What the Fuct?

Ending a nearly two year debate the Supreme Court, in Iancu v. Brunetti No. 18-302 (U.S. June 24, 2019), finally reached a decision on whether the Lanham Act provision ban on the registration of “immoral or scandalous” trademarks is constitutional…the answer is no!

The History of Fuct

Erik Brunetti, an artist and entrepreneur founded a clothing line using the trademark “Fuct.” The proper pronunciation of Brunetti’s trademark is actually F-U-C-T (said letter by letter) which stands for “Friends U Can’t Trust”, however, it’s easy to see how it may be confused with the past tense of a, well, common curse word.

Brunetti attempted to register the trademark for the first time in 2011. The United States Patent and Trademark Office (“USPTO”) refused to register his trademark based on Lanham Act Section 2(a), 15 U.S.C. 1052(a) being that the mark was “immoral or scandalous.” Brunetti quickly appealed to the USPTO’s Trademark Trial and Appeal Board (TTAB), but they affirmed the rejection. So, Brunetti took the next step and filed an appeal in federal court.

Ironically, the same time Brunetti is fighting for his mark, there was another case in federal court addressing trademark eligibility – Matal v. Tam – under the same clause of the Lanham Act, for a mark the USPTO found to be disparaging. In Matal v. Tam – an all Asian rock band wanted to register their band name “The Slants” but were refused a trademark in the same way as Brunetti was refused for his “Fuct” mark. After going all the way up the appeal ladder to the Supreme Court, the disparagement clause relied on by the USPTO and the lower courts was found to be unconstitutional in violation of the First Amendment because the Supreme Court decided, “… if a trademark registration bar is viewpoint based, it is unconstitutional. And second, the disparagement bar was viewpoint based.” Basically, just because some people might find it disparaging doesn’t make it OK to prevent other people from saying it – i.e. the entire point of our Constitution’s protection for freedom of speech.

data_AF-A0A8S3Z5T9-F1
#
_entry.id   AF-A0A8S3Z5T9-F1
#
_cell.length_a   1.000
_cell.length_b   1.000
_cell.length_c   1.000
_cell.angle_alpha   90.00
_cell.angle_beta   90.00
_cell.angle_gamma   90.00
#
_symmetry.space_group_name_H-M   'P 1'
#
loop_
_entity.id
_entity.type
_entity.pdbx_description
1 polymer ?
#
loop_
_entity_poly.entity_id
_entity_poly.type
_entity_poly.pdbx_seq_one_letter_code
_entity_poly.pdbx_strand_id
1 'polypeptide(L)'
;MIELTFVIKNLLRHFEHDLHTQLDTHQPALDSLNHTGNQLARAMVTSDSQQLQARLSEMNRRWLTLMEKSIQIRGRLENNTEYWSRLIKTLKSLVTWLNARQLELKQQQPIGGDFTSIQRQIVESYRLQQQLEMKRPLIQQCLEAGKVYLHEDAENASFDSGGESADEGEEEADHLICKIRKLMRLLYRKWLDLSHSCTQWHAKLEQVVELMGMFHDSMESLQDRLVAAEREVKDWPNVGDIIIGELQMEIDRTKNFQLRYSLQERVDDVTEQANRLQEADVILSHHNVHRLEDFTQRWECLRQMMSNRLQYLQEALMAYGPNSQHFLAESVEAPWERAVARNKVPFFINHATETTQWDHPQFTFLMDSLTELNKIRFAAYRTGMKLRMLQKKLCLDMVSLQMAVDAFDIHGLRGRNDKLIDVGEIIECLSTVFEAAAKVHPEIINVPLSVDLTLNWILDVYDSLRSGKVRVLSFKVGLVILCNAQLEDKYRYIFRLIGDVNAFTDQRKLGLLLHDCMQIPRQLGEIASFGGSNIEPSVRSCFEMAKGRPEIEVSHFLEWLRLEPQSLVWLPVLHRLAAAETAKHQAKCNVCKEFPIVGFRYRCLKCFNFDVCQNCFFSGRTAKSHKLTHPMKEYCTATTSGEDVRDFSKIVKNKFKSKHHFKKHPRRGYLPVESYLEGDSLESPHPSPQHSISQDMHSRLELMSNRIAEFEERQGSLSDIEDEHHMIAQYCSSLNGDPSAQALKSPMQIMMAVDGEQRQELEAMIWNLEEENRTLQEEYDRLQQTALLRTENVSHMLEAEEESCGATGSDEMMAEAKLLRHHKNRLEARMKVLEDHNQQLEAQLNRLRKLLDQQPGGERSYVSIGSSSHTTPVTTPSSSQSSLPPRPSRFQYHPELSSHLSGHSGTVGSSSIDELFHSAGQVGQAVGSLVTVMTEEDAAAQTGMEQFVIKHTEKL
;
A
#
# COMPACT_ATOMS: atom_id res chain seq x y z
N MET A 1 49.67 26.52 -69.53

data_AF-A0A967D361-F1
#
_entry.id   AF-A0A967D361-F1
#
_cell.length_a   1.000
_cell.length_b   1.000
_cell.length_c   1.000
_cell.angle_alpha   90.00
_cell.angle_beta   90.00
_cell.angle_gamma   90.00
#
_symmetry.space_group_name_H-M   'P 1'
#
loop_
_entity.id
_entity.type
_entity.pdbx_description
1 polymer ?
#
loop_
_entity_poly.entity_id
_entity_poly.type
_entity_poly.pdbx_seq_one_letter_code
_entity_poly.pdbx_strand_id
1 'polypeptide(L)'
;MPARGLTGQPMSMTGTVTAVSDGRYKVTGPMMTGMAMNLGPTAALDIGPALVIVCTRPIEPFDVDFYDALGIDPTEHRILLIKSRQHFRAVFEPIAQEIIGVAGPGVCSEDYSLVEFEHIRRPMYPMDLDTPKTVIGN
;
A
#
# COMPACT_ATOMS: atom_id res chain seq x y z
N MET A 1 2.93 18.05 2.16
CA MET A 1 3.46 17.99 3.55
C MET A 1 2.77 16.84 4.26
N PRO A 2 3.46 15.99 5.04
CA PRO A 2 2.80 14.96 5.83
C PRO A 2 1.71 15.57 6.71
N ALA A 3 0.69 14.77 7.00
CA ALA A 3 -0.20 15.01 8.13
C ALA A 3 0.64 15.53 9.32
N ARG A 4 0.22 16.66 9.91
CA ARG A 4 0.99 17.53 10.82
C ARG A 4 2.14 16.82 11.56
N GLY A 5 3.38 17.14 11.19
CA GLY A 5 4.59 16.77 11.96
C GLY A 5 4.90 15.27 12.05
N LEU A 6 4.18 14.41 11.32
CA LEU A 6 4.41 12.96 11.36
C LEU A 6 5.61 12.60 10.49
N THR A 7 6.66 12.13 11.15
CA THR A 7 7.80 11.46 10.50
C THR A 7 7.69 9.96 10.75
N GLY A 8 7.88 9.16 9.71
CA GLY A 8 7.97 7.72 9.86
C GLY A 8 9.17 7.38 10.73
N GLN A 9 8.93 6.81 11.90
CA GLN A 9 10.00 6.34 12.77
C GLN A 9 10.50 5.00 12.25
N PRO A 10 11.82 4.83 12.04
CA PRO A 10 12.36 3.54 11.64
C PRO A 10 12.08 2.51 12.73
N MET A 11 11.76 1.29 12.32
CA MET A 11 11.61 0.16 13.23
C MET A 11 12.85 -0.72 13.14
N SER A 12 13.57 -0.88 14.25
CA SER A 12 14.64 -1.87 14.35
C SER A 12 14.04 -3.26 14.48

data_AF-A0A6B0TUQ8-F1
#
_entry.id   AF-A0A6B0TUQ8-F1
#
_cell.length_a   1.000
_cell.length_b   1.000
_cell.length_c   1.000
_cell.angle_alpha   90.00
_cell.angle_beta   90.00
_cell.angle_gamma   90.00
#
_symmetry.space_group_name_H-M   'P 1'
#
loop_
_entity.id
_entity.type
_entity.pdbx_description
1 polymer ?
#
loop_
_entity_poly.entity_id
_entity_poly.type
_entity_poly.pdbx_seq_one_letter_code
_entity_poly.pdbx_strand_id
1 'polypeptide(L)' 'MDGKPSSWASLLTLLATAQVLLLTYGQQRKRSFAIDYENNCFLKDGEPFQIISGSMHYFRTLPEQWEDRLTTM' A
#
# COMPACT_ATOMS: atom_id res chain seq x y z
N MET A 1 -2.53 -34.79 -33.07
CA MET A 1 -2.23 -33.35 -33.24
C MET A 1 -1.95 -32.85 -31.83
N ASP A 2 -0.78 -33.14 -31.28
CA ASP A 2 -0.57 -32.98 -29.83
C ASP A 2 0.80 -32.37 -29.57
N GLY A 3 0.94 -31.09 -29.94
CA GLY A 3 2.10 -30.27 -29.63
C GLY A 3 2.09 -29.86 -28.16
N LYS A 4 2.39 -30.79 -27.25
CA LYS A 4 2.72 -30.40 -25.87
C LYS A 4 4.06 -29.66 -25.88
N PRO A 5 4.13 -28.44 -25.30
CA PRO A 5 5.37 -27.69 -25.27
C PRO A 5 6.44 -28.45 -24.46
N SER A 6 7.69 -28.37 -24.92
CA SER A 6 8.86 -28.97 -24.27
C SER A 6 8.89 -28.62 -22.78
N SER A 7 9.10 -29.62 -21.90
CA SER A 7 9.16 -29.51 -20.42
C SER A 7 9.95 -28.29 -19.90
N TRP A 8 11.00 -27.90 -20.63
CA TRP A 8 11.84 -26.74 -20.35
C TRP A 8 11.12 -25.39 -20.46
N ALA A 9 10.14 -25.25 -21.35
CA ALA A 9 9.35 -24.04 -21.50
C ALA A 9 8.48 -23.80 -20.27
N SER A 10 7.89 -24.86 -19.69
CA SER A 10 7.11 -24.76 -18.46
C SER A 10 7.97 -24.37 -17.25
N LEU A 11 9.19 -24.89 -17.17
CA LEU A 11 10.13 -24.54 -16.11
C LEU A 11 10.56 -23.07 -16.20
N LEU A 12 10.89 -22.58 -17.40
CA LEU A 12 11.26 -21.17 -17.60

Back to Brunetti…in 2018 he won his appeal in a lower federal appeals court. However, not quite ready to allow Fuct any protection, the USPTO actually raised the matter to the SUPREME COURT OF THE UNITED STATES, and the Supreme Court agreed to hear the issues. Now, after six months the decision has been issued – in a 6-3 decision – clarifying that the language of the Lanham Act stating that a trademark can be refused if it is “immoral or scandalous” is unconstitutional.

The Iancu v. Brunetti opinion written by Supreme Court Justice Kagan gets right to the point – it’s unconstitutional to not allow words to be trademarked because certain people disfavor those words. Such “viewpoint” based analysis has no place in free speech says the Supreme Court.

So Why Does This Even Matter?

The USPTO’s reliance on the “immoral or scandalous” bar in the Lanham Act has long been viewed as an attempt to regulate free speech and has denied some business owners federal trademark protection for their marks. The Supreme Court has just affirmed that free speech extends to choosing whatever terms you wish to represent your business identity. Now, should you choose a business name that is disagreeable to some, you may still proceed to request federal protection for your chosen trademark.

What Does this Mean for the Future?

Iancu v. Brunetti, does not automatically modify the Lanham Act, that’s the legislatures job. Will they do it? Will they find a way narrow the limits of “immoral and scandalous” to make it possible for the USPTO to once again reject some vulgar, sexually explicit, and profane marks, as the USPTO suggested it might be possible to do. We will have to wait and see. For now, we can expect that the USPTO will issue updated guidelines to its trademark examining attorneys on the review and registration of trademarks under section 2(a) of the Lanham Act, noting that trademark registrations cannot be disqualified on the basis of being “immoral or scandalous.”

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